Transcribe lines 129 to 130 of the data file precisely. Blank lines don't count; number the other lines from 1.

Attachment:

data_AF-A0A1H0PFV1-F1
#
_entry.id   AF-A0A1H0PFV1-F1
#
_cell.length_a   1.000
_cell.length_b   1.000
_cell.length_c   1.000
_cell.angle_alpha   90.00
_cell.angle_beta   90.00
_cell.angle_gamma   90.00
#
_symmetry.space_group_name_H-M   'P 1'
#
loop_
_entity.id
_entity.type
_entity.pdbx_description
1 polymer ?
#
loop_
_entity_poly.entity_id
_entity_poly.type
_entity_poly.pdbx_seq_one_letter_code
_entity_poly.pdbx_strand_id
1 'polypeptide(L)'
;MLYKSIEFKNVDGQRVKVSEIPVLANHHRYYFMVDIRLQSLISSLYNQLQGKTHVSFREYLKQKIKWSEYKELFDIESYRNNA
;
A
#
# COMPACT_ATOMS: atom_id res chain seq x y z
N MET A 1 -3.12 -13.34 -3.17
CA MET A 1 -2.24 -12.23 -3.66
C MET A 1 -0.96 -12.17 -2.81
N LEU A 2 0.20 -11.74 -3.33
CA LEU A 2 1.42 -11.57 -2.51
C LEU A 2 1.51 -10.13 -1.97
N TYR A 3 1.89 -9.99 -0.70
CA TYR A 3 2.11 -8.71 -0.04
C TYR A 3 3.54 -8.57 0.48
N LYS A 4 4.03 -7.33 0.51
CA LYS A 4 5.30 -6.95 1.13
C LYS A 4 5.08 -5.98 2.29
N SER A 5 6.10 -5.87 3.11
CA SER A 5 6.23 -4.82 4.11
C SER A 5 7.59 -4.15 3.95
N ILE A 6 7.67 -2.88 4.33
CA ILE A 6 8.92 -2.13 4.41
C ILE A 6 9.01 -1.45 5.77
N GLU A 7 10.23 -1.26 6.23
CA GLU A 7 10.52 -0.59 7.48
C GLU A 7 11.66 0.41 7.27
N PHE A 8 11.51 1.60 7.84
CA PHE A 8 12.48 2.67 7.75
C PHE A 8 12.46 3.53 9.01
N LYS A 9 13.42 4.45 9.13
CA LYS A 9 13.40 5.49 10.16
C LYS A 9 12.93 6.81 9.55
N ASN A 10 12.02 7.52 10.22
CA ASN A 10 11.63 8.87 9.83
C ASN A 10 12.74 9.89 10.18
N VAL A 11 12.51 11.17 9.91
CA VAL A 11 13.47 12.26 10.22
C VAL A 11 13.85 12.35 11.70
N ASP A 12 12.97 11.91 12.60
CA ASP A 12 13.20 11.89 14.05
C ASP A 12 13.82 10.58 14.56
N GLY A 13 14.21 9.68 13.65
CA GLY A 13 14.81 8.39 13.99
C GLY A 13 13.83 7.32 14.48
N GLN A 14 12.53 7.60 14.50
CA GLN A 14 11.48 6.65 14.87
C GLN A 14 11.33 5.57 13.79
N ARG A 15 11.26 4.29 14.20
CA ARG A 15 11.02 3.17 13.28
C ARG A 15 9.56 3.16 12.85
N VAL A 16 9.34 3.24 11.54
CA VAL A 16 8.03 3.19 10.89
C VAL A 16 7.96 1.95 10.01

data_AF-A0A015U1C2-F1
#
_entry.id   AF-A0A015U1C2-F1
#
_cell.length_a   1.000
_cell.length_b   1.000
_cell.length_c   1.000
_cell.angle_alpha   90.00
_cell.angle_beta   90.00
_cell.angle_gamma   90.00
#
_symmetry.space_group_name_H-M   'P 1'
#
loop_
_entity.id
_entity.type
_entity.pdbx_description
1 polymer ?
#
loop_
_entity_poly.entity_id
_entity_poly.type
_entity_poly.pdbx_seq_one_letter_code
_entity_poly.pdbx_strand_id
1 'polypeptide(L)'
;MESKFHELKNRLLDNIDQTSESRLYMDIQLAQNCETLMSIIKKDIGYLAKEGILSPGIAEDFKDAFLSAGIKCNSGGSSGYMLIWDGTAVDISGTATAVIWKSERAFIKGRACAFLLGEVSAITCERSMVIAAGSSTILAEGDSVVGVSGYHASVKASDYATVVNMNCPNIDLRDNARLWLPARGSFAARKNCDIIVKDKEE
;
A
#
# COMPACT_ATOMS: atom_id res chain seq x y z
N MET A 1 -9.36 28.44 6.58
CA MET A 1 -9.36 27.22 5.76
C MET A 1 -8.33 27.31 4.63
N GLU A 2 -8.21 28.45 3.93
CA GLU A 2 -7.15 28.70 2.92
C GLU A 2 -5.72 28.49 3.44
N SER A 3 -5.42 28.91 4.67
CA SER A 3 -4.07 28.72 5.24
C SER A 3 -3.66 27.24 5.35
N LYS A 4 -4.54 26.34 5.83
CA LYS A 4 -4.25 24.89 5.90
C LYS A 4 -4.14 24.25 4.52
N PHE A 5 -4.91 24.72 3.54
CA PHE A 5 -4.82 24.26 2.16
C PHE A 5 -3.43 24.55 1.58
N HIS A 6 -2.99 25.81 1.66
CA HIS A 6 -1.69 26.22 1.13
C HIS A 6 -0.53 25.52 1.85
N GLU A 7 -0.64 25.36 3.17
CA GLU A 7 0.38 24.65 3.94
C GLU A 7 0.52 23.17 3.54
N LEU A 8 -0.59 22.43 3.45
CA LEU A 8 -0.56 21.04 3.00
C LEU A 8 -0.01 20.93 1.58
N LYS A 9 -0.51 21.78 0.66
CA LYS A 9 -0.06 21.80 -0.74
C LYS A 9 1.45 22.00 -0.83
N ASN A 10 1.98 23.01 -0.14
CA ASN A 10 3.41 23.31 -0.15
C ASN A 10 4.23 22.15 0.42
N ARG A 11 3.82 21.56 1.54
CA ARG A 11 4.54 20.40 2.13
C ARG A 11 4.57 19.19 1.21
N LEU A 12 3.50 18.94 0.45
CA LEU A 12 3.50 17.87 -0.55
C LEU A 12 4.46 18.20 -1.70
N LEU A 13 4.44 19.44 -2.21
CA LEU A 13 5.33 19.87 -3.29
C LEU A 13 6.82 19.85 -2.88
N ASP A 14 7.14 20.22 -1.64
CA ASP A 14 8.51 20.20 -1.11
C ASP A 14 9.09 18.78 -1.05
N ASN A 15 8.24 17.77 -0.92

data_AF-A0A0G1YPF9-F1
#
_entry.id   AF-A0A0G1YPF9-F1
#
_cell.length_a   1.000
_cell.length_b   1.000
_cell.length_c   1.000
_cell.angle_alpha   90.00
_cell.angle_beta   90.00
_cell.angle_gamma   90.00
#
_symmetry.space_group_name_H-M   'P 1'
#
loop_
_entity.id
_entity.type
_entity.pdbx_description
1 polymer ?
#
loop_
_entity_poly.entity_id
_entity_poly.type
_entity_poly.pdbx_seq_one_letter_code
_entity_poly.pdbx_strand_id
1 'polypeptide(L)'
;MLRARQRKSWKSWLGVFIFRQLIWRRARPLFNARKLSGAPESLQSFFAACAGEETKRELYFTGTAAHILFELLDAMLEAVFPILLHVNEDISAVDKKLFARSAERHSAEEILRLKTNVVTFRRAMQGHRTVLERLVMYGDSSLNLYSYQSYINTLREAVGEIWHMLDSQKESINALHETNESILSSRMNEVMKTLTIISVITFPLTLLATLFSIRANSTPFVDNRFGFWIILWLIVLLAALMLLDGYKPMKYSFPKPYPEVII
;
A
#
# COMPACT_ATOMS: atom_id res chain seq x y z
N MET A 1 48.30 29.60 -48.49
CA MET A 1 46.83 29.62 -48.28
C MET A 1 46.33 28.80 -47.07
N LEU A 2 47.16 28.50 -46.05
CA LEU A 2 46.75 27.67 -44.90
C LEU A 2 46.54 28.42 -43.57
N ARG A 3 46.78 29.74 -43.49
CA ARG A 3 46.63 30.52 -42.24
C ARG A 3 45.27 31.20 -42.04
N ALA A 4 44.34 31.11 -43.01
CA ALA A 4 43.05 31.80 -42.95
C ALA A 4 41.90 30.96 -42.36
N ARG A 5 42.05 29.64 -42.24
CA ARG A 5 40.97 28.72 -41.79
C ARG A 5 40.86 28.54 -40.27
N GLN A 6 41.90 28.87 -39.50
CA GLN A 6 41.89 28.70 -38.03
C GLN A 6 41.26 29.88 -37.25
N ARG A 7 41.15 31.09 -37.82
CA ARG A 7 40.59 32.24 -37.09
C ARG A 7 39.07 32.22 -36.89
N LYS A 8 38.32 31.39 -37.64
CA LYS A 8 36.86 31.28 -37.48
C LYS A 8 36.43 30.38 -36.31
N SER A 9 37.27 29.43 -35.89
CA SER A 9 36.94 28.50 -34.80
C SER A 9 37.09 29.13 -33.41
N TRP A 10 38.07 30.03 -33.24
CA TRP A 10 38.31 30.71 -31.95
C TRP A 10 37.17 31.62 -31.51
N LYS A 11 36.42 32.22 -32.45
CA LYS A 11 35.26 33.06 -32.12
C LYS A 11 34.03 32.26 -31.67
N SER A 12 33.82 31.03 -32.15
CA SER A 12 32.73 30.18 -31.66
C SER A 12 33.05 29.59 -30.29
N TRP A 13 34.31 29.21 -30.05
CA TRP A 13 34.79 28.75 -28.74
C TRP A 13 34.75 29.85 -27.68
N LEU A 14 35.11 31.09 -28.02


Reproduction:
C GLU A 7 0.52 23.17 3.54
N LEU A 8 -0.59 22.43 3.45